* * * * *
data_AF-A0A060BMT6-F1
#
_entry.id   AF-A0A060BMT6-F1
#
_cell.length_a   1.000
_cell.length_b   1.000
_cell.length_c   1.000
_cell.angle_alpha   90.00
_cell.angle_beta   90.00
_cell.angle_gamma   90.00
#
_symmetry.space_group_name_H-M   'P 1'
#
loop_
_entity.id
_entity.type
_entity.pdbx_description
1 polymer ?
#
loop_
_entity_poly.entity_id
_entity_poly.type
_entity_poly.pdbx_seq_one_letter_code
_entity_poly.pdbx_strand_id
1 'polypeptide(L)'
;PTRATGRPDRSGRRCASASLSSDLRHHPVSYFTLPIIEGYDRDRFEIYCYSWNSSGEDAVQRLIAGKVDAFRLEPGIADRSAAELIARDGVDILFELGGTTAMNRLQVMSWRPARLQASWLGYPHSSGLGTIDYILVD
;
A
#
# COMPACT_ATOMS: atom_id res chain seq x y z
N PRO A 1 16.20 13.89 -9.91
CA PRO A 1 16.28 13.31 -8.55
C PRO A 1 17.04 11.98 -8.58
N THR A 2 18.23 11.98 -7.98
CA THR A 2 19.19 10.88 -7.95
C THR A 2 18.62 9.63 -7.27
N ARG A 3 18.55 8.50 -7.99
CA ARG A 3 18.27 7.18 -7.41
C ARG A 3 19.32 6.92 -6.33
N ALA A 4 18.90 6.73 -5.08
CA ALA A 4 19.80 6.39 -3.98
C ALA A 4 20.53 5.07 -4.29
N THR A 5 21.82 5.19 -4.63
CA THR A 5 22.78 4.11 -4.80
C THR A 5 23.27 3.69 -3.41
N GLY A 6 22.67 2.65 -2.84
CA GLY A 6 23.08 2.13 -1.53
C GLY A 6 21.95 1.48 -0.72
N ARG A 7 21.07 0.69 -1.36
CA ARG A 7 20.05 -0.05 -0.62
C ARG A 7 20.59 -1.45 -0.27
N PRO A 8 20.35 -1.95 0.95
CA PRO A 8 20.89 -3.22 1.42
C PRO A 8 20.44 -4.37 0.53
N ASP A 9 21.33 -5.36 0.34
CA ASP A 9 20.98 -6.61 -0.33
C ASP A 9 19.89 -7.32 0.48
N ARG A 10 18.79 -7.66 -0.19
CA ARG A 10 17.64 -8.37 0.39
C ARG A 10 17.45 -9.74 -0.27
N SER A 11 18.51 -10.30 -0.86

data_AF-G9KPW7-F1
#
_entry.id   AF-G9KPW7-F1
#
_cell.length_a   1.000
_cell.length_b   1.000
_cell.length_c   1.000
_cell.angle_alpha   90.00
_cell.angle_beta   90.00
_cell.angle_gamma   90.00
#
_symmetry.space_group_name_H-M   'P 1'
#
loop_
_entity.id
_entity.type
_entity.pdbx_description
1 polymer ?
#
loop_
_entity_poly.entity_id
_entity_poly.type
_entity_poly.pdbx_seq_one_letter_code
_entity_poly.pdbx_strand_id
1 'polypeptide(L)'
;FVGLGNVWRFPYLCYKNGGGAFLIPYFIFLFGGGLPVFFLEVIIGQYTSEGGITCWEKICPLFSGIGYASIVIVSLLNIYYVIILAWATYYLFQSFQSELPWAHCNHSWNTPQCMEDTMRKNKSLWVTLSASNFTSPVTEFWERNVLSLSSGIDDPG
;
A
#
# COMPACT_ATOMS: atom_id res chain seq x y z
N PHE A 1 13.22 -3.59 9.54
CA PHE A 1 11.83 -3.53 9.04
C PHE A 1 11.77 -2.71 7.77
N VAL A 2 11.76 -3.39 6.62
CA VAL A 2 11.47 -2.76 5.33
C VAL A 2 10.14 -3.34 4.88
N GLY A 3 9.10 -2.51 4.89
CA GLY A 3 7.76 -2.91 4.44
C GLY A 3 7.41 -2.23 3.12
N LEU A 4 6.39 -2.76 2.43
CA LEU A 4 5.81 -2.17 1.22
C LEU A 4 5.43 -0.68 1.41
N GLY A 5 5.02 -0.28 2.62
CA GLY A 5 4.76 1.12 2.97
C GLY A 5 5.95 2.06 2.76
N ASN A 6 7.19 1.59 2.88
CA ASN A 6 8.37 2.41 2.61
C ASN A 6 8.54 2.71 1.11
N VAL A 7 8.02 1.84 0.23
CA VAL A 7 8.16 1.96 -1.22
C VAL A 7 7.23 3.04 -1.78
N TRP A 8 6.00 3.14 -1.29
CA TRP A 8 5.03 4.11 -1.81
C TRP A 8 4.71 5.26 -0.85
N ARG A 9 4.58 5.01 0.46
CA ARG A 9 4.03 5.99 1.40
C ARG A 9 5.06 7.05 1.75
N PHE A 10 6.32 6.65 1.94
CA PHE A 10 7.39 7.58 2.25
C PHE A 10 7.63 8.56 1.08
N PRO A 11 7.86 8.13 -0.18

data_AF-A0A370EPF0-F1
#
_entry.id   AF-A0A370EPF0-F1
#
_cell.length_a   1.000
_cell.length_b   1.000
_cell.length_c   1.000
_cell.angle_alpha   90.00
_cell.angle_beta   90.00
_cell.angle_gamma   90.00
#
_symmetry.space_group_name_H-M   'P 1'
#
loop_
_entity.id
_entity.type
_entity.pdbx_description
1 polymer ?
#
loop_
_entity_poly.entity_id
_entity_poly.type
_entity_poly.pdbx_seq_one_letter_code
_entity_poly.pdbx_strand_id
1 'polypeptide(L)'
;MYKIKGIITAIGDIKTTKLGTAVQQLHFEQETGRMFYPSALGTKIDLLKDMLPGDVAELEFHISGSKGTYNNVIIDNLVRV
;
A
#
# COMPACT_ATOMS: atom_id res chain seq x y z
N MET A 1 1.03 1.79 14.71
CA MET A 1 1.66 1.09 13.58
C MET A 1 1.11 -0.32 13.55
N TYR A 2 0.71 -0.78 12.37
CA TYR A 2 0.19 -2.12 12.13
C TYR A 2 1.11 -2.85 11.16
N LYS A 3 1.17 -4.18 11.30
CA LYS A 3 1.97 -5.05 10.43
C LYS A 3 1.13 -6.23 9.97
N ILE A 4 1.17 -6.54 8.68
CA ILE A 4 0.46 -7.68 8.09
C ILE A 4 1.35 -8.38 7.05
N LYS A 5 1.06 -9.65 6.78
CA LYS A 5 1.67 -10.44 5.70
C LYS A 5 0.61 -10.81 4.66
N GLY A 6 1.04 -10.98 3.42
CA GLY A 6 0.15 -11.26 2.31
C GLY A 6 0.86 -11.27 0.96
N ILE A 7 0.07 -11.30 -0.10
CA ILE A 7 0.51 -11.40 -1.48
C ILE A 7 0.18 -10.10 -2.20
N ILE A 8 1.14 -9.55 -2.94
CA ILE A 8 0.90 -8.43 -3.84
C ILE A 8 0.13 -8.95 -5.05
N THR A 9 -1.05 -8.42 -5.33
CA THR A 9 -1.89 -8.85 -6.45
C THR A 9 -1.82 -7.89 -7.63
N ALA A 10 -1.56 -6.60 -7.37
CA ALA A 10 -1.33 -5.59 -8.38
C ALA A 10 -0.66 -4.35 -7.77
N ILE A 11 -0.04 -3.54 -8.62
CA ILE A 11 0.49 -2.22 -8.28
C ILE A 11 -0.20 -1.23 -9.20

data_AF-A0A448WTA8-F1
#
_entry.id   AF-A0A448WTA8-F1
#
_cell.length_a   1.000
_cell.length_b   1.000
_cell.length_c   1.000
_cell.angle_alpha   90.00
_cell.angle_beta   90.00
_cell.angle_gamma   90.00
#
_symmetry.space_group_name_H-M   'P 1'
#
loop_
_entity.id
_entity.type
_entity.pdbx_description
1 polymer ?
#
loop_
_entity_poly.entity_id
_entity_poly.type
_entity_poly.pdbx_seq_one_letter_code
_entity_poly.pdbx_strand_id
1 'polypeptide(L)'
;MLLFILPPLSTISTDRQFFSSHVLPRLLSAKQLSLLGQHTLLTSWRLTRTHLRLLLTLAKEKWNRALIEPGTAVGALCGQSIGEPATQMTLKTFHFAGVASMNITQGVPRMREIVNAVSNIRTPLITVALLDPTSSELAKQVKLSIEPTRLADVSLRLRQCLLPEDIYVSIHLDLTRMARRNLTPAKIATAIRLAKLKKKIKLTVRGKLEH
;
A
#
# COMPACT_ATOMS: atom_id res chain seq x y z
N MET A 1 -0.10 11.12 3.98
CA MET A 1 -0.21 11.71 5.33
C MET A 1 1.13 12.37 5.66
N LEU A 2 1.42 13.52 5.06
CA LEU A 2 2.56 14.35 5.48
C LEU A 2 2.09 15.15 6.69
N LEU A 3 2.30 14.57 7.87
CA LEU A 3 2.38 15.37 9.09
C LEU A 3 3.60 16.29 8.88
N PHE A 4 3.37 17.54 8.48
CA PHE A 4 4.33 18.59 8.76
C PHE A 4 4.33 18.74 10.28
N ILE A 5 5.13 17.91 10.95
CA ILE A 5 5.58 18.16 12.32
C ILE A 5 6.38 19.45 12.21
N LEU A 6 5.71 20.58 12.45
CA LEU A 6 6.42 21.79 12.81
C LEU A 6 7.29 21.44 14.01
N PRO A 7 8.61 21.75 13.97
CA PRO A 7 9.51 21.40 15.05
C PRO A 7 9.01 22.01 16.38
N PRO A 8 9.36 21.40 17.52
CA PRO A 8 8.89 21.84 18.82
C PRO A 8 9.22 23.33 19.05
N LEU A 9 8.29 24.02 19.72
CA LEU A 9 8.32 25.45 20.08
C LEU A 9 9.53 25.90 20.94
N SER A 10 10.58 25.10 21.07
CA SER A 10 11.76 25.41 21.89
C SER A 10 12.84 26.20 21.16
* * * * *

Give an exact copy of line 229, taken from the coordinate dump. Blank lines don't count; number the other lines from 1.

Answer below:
CA ILE A 5 5.58 18.16 12.32